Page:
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Game Over, Britain

By on April 20, 2010
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The news last week that Indian company Reliance had purchased a 50% stake in Codemasters got me thinking.

My conclusion: Britain no longer matters for games publishing.

And then there were none

Once upon a time, Britain was a global leader. Ultimate Play the Game, Ocean, Psygnosis, Gremlin, Virgin Interactive, Eidos, Codemasters – these were global publishers releasing global franchises with British shareholders and generating British profits.

One by one, they were gone:

  • Ultimate turned into Rare and was bought by Microsoft in 2002 for $377 million
  • Ocean bought by Infogrames for £100 million in 1998
  • Psygnosis bought by Sony in 1993
  • Gremlin bought by Infogrames in 1999 for £21 million
  • Virgin Interactive split up: EA bought Westwood Studios in 1998, Titus Interactive bought the rest in 1999.
  • Eidos bought by Square Enix in 2009 for £84.3 million
  • Codemasters now owned by Balderton and Reliance


But what about new publishers?

We live in the era of self-publishing. Aren’t the big new companies, active in online and Facebook games, going to be our salvation?

Well, the big one was Playfish. And that was bought by Electronic Arts last year for between $300 and $400 million.

Jagex? Runescape is a great game, but the company has yet to prove that it can launch more than one game successfully, especially after the MechScape debacle.

Mind Candy?As above. Moshi Monsters is a great product, but the company is not a publisher, bringing multiple games to market (and ideally – for the purposes of this definition – other people’s games.)

Does the death of British publishing matter?

From one perspective, it doesn’t. It’s old thinking. We are all publishers now. I publish this blog (and soon an ebook on “How to Publish a Game”). You publish games you’ve developed, or are thinking about it. There is no place for giant, monolithic publishers.

And yet….

Publishers give coherence to a creative business. They give new entrants hope. They provide a strong voice in government, in academia, in driving the future of our industry.

I don’t bemoan the death of old publishers. They are monolithic dinosaurs, proponents of the Digital Economy Act and supporters of anything – no matter how futile – to prop up their dying business model.

But I do worry about the absence of global British success stories. I had high hopes for Playfish, but EA snapped them up before they really got going.

So my clarion call is this: Buck up,Britain. We need more, stronger, global games publishers. We need companies that are worth billions, not snapped up for tens or hundreds of millions.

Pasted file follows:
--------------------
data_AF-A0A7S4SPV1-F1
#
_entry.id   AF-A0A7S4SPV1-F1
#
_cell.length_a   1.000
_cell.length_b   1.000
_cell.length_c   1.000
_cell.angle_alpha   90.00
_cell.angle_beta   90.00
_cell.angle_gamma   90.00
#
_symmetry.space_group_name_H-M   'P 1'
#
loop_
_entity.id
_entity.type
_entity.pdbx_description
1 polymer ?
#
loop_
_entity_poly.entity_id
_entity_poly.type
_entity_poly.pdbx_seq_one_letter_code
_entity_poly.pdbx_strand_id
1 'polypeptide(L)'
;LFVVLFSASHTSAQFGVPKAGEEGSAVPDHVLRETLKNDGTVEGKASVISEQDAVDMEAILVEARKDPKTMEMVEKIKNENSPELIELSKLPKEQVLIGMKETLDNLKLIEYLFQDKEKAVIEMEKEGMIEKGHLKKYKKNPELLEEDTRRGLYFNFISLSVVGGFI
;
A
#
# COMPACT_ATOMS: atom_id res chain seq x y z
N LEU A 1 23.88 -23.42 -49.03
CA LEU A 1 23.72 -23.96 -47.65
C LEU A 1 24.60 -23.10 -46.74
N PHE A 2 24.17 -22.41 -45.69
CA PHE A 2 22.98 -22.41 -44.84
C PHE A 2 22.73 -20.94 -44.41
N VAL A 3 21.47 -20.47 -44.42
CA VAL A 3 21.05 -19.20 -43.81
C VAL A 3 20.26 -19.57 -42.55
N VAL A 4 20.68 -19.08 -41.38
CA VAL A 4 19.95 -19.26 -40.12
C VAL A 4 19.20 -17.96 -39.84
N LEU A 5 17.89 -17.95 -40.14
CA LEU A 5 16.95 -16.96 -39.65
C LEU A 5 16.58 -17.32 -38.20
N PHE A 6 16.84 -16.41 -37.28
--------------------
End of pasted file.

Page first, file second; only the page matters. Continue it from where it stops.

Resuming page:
Above all, we need the ambition to build global champions.

So, who’s with me?

About Nicholas Lovell

Nicholas is the founder of Gamesbrief, a blog dedicated to the business of games. It aims to be informative, authoritative and above all helpful to developers grappling with business strategy. He is the author of a growing list of books about making money in the games industry and other digital media, including How to Publish a Game and Design Rules for Free-to-Play Games, and Penguin-published title The Curve:
  • ChrisBateman

    Preaching to the choir, Nick – I've been banging this drum for over a decade now. 🙁

  • I think lots of smaller publishers is a very fair point.
    BUT scale does matter. Home grown companies inspire entrepreneurs, offer an exit route and can help smaller companies get a leg up (if they publish them).
    So I am all for lots of small companies, but I would like some big ones too.

  • I think we need big independent European and British companies in all tech sectors, games included. So I'm with you!

  • zoombapup

    Nope, I'm not with you here. I think we need lots of SMALL publishers (i.e. developers themselves) rather than some monolithic beast of a publisher. I'd rather we kill the enemy with a death by a thousand cuts approach than try and knife them with a bayonet.

    And while I'm at it, lets throw a grenade into the government to get them to help us all over the top to give the enemy a jolly good thrashing while we're at it!

    Ok, I'll stop now.

  • endacarey

    Totally agree Nicholas – the real value lies in the publisher whether old dinosaur or new type – the key is to support them and provide an environment where they can grow to the levels you suggest but this needs sympathetic funders and a troughput of talent (people and games) to make it work

  • hear, hear!